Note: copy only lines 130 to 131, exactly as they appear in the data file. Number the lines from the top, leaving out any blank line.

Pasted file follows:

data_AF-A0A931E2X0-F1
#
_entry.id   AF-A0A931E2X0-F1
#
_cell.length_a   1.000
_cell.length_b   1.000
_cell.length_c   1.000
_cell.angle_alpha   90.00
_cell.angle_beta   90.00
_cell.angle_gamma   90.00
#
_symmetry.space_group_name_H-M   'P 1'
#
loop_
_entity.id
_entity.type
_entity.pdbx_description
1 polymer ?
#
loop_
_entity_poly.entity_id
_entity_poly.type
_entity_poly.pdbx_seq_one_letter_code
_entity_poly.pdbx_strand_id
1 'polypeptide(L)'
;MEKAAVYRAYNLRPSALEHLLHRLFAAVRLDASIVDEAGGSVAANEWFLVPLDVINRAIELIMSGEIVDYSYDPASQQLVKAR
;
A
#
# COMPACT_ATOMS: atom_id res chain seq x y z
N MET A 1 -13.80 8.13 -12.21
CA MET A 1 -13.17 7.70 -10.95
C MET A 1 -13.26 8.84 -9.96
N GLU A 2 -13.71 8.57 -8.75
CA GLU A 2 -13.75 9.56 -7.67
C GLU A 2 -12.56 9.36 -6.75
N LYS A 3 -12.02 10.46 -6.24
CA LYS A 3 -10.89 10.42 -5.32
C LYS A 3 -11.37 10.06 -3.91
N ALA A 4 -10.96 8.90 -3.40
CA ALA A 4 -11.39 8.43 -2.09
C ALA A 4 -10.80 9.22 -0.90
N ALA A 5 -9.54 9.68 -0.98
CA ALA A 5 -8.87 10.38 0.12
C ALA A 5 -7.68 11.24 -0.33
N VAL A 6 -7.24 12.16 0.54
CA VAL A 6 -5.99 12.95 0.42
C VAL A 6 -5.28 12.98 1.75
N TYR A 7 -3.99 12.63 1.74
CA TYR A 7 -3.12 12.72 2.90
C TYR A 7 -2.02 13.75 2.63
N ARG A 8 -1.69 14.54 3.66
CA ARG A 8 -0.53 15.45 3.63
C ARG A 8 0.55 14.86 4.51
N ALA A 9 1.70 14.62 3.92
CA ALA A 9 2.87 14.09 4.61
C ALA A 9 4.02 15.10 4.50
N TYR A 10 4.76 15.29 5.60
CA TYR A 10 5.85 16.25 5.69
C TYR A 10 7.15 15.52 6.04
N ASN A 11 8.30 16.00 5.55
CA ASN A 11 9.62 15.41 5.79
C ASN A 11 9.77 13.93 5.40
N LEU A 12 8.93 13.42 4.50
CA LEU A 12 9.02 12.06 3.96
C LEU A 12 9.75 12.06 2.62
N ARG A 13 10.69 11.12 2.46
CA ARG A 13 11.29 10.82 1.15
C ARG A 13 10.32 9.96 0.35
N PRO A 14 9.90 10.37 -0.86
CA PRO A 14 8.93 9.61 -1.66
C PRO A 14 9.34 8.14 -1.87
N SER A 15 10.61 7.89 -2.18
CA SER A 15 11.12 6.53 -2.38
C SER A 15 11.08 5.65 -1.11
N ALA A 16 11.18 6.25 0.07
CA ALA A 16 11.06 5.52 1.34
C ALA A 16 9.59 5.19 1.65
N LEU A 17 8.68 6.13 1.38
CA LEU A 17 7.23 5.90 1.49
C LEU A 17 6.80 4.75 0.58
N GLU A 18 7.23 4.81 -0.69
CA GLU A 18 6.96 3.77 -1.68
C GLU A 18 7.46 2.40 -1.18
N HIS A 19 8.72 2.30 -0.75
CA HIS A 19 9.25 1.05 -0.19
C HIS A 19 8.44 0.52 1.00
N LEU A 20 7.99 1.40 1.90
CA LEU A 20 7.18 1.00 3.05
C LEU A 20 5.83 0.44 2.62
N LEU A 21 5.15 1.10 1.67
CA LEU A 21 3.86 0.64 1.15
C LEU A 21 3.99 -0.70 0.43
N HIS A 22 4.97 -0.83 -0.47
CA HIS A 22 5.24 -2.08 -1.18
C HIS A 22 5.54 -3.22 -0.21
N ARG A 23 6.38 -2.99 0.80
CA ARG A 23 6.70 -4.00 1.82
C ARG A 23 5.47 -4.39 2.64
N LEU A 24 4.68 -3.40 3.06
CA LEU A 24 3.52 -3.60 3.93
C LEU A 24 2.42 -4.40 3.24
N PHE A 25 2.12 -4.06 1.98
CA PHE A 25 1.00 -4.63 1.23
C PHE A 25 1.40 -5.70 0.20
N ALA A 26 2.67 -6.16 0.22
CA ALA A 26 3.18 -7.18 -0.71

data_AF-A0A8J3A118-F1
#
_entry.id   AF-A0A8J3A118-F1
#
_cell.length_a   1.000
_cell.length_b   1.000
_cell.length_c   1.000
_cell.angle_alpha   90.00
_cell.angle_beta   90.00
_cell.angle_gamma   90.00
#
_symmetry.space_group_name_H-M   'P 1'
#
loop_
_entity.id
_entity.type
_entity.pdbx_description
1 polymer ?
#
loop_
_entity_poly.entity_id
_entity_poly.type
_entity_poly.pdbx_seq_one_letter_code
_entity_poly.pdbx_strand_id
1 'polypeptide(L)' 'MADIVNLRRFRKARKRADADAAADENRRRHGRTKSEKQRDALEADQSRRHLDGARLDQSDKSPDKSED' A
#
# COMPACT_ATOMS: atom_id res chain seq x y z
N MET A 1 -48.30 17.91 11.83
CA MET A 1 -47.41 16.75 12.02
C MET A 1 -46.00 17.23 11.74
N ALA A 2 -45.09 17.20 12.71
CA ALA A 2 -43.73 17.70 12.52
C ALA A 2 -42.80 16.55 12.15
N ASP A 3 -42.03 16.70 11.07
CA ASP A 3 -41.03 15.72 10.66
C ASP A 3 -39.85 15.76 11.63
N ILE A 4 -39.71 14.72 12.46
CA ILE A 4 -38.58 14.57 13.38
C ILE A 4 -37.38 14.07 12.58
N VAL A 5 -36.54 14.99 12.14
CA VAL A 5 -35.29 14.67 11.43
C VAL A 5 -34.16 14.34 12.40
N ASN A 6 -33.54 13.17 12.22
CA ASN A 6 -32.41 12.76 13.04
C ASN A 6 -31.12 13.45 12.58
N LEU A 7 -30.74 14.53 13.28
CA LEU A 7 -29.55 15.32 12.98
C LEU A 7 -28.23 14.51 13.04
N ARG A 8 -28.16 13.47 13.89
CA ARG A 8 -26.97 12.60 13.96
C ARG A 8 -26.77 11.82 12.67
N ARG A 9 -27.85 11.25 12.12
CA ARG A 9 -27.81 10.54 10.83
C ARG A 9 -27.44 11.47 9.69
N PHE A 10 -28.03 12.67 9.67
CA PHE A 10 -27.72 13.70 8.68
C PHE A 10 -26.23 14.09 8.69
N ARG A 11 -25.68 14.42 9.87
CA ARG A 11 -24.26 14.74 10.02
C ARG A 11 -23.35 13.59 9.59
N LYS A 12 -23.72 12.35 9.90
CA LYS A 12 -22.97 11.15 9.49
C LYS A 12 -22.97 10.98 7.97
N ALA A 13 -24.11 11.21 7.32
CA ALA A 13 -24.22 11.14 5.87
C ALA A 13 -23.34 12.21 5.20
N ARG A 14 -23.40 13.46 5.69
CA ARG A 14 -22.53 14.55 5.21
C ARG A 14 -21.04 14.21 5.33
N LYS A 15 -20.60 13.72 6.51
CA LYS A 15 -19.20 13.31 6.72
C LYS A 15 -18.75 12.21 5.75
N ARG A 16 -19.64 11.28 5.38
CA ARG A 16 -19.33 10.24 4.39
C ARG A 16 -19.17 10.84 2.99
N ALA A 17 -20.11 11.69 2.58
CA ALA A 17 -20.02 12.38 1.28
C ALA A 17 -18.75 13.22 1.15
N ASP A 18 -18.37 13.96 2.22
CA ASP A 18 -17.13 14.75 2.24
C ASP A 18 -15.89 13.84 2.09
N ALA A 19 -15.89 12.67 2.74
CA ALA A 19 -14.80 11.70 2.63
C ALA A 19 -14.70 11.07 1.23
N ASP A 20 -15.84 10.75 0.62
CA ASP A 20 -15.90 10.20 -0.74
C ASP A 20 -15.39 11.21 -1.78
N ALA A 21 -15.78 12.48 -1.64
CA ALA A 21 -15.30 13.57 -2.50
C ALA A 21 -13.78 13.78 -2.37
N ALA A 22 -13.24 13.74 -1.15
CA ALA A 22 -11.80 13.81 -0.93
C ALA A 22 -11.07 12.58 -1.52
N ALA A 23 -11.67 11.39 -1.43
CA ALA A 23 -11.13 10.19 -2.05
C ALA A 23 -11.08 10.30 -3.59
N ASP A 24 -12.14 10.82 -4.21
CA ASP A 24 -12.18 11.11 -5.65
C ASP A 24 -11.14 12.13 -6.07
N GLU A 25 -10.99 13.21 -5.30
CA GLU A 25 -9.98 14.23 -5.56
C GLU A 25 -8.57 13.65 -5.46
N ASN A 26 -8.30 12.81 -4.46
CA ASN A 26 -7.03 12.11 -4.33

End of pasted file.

_entity_poly.pdbx_seq_one_letter_code
_entity_poly.pdbx_strand_id